Sars-CoV-2 is a respiratory virus that can access the central nervous system, as indicated by the presence of the virus in patients' cerebrospinal fluid and the occurrence of several neurological syndromes during and after COVID-19. Growing evidence indicates that Sars-CoV-2 can also trigger the acute onset of mood disorders or psychotic symptoms. COVID-19-related first episodes of mania, in subjects with no known history of bipolar disorder, have never been systematically analyzed. Thus, the present study assesses a potential link between the two conditions. This systematic review analyzes cases of first appearance of manic episodes associated with COVID-19. Clinical features, pharmacological therapies, and relationships with pre-existing medical conditions are also appraised. Medical records of twenty-three patients fulfilling the current DSM-5 criteria for manic episode were included. Manic episodes started, on average, after 12.71±6.65 days from the infection onset. Psychotic symptoms were frequently reported. 82.61% of patients exhibited delusions, whereas 39.13% of patients presented hallucinations. A large discrepancy in the diagnostic workups was observed. Mania represents an underestimated clinical presentation of COVID-19. Further studies should focus on the pathophysiological substrates of COVID-19-related mania and pursue appropriate and specific diagnostic and therapeutic workups.

COVID-19 and first manic episodes: a systematic review

Russo, Mirella
Primo
;
Calisi, Dario;De Rosa, Matteo A;Evangelista, Giacomo;Consoli, Stefano;Dono, Fedele;Santilli, Matteo;Gambi, Francesco;Onofrj, Marco;Di Giannantonio, Massimo;Sensi, Stefano L
2022-01-01

Abstract

Sars-CoV-2 is a respiratory virus that can access the central nervous system, as indicated by the presence of the virus in patients' cerebrospinal fluid and the occurrence of several neurological syndromes during and after COVID-19. Growing evidence indicates that Sars-CoV-2 can also trigger the acute onset of mood disorders or psychotic symptoms. COVID-19-related first episodes of mania, in subjects with no known history of bipolar disorder, have never been systematically analyzed. Thus, the present study assesses a potential link between the two conditions. This systematic review analyzes cases of first appearance of manic episodes associated with COVID-19. Clinical features, pharmacological therapies, and relationships with pre-existing medical conditions are also appraised. Medical records of twenty-three patients fulfilling the current DSM-5 criteria for manic episode were included. Manic episodes started, on average, after 12.71±6.65 days from the infection onset. Psychotic symptoms were frequently reported. 82.61% of patients exhibited delusions, whereas 39.13% of patients presented hallucinations. A large discrepancy in the diagnostic workups was observed. Mania represents an underestimated clinical presentation of COVID-19. Further studies should focus on the pathophysiological substrates of COVID-19-related mania and pursue appropriate and specific diagnostic and therapeutic workups.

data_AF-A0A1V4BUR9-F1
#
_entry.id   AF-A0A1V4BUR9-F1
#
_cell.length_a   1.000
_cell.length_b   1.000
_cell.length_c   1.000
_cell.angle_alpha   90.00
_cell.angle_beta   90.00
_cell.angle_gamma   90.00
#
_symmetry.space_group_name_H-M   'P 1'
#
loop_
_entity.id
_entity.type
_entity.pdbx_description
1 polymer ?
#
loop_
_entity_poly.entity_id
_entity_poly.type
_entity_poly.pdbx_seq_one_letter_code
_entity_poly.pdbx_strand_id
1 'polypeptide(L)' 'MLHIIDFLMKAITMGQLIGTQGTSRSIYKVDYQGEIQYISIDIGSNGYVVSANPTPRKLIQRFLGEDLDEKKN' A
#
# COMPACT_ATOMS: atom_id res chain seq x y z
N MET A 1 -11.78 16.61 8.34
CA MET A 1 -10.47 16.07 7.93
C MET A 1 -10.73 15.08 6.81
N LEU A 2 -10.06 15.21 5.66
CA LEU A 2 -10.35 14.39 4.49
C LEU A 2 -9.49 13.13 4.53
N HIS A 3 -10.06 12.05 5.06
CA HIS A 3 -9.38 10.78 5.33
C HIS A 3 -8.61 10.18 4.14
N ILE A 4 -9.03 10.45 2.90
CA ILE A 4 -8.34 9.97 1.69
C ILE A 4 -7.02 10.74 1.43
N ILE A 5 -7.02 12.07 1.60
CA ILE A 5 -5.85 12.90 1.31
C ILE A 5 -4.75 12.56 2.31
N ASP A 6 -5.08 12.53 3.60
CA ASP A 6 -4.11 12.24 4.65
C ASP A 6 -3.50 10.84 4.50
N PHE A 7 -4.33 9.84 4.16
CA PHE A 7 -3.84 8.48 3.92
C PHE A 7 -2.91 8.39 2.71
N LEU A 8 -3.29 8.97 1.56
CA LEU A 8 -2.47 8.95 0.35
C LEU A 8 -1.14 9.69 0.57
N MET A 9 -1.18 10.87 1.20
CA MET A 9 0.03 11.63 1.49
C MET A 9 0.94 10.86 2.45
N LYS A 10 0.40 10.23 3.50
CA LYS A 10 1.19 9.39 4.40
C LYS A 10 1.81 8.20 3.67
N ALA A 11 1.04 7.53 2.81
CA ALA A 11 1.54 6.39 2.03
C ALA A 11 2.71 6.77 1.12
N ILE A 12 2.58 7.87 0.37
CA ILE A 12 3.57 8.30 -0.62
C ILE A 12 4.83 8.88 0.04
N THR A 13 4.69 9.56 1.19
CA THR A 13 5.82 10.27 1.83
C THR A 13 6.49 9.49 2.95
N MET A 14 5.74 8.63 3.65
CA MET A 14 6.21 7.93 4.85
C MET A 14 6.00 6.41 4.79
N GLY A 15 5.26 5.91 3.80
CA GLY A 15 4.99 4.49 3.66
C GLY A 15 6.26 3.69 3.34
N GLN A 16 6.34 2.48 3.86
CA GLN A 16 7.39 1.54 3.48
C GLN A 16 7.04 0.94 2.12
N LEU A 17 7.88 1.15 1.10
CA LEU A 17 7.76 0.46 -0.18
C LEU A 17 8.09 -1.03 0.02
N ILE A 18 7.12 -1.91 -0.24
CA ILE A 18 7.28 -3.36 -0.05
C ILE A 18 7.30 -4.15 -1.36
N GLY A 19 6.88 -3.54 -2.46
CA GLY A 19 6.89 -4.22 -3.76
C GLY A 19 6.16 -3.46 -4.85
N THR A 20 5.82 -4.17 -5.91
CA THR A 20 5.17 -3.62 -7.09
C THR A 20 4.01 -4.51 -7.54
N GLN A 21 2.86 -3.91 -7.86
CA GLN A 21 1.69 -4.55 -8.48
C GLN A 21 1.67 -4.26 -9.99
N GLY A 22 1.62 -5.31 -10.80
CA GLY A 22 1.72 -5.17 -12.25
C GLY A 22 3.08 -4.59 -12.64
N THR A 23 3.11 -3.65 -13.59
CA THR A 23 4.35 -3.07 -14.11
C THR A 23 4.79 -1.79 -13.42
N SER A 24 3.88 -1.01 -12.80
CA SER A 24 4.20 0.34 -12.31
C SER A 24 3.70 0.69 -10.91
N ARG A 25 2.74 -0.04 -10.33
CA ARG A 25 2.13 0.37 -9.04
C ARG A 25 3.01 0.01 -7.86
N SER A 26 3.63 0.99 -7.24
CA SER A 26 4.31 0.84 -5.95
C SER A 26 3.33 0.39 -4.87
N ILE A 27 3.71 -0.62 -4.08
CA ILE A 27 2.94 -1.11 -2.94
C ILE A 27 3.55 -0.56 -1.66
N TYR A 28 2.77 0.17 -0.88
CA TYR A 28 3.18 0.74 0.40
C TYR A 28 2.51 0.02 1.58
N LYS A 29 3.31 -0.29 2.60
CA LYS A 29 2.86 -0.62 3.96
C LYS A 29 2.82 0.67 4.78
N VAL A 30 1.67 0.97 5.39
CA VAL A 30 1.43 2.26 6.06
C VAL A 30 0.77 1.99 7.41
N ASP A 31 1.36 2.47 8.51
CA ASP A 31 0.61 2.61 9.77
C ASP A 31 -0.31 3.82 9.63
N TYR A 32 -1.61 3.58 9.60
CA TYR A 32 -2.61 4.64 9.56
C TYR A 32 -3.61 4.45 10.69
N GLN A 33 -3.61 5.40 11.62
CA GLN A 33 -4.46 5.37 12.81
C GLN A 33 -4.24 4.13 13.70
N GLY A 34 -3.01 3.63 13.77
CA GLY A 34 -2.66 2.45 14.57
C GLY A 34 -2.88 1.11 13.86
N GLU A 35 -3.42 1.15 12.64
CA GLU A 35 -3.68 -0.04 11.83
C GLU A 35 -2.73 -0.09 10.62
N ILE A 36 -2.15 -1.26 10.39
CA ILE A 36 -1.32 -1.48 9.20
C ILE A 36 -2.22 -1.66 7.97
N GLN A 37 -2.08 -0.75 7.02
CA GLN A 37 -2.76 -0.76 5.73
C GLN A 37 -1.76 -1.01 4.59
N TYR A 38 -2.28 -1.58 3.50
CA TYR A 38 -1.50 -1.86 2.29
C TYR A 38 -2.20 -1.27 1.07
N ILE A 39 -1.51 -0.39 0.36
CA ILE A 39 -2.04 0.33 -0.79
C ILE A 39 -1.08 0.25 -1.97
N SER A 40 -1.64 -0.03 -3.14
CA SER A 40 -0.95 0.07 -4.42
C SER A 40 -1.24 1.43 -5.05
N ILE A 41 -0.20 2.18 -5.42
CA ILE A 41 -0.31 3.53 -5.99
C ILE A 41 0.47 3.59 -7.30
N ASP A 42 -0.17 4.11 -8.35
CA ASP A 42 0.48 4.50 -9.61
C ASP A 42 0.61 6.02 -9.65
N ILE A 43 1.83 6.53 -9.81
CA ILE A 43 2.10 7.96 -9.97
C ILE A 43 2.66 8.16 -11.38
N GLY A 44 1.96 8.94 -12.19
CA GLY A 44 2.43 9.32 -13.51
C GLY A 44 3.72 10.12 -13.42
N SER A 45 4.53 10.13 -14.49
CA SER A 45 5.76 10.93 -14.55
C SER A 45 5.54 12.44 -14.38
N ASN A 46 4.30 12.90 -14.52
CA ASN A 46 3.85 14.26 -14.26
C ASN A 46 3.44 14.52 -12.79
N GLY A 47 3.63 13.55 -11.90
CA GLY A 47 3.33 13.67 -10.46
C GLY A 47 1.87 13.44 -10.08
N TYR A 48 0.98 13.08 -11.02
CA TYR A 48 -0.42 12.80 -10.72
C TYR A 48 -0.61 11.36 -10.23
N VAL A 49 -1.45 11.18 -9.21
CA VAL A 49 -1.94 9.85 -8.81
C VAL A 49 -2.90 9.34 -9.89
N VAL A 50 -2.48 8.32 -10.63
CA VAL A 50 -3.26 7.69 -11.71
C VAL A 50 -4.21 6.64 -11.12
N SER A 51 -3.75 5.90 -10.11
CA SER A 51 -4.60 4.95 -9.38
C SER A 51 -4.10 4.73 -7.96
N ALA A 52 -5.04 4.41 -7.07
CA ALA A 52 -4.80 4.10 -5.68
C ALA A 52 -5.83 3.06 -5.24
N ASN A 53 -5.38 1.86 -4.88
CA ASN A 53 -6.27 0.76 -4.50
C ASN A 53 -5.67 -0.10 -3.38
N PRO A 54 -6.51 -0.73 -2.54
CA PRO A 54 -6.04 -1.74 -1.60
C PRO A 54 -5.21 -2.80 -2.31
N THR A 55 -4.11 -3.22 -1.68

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Utilizza questo identificativo per citare o creare un link a questo documento: https://hdl.handle.net/11564/786673
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